Accidentally built a successful social network

Update: This blog was written in 2016. There have been significant changes to the Casting Call Club platform since. I've since figured out how to make money.

You’ve heard of those kids on YouTube making millions of dollars. I hadn’t really, either. I thought these “YouTubers” were a bunch of high-school and college youths with too much time on their hands — narrating themselves playing video games, making top 10 lists of best/worst fictional characters, dubbing over anime. I never imagined there would be money in it for them.

I wanted to be a broadcaster back in college (basically I wanted to be a YouTube kid). I interned at one of the big radio stations; it’s how I got into voice acting. Then I learned that traditional broadcasters spend their lives straddling the poverty line, and I changed my major to software engineering the next day (and then spent years straddling the poverty line paying rent in San Francisco).

Fast forward to 2015. I had gone through Techstars with a company I founded and it failed. While soul searching, I met with Jack Conte from Patreon (and successful YouTuber) and became slightly obsessed with this YouTube craze. With me having no job and a rekindled interest in voice acting, I thought I’d found the perfect market:

There’s a job board for professional actors, but nothing for YouTubers looking to become a star! -Buf 2015 (I stupidly didn’t realize that unknown YouTubers have no money)

I got to coding immediately. Three weeks later, I launched Casting Call Club and spammed all the voice acting and YouTuber buddies I knew.

Being in the Bay Area and not having a job was the same as setting fire to my bank account. So soon after the launch of Casting Call Club, I had a job again. The new project smell of CCC began to fade as the months of having the new job went on, and eventually I had to abandon it altogether except for once a week logging into my email and replying to support questions.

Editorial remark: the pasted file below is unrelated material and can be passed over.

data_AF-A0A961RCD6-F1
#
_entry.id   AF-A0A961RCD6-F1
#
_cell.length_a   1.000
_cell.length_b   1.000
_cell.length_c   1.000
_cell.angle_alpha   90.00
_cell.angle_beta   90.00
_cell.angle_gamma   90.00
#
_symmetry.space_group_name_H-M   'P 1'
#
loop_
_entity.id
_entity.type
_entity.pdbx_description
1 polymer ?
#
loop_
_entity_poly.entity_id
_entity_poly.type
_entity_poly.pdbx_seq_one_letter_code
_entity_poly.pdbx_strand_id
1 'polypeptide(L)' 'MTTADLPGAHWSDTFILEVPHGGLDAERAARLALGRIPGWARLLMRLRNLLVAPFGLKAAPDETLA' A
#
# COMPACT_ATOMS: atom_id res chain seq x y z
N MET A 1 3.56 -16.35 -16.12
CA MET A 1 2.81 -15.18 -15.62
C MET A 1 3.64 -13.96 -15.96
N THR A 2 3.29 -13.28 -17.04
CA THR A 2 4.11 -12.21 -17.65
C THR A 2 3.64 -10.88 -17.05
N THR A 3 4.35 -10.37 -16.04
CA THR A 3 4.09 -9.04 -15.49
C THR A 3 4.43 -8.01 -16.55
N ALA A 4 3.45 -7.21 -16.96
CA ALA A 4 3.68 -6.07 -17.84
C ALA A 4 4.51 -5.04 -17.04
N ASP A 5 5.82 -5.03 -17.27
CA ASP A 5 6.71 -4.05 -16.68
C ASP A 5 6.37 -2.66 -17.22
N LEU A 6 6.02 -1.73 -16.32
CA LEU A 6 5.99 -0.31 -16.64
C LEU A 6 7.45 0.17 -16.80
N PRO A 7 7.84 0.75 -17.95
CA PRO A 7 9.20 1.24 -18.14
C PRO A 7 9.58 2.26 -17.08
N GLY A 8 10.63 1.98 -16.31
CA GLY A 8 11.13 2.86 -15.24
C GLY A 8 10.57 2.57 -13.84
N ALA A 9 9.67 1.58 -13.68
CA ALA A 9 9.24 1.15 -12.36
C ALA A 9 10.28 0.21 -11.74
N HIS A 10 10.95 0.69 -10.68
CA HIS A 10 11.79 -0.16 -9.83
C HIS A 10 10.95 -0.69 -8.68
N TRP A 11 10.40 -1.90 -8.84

Now it’s late 2016 and I’m glancing at the numbers here:

  • Nearly 35,000 users have signed up.
  • There’s been over 250k auditions uploaded.
  • Over 4M actions have taken place (upvotes, comments, etc).

Wut… I did nothing to fuel growth. How the…. viral word of mouth.

There is a downside though. Looking further into the numbers, almost nobody is actually paying for the service. Can’t say I blame them. The site appears as if it was built in three weeks or less.

My theory that YouTubers needing a job board was wrong, but they did need an organized place to practice their YouTubing and find collaborators. CCC is that place.

Some of the stories of voice actors emerging from CCC to fame are astonishing. Take Lord Frieza for example: https://www.youtube.com/channel/UCzYkQgr2iZFYHPJIPONyvsQ


This guy went from 0 to 50,000 subscribers in less than a year making Casting Call Club auditions and turning them into YouTube videos.


How did CCC benefit so well from this? All of these YouTubers are wanting to emerge as stars, so every time they’re proud of their work, they share it, and that link juice comes right back to Casting Call Club.

Soul searching again, I’ve turned my attention back to the project and made a few tweaks. Money is starting to trickle in and growth is accelerating (despite not spending any money on ads yet, and no press except for this Medium post). I’ve got some ideas on where to take it from here, but I’m in the market for advice.

Until then, if you’re looking for a voice actor, you know where to find it.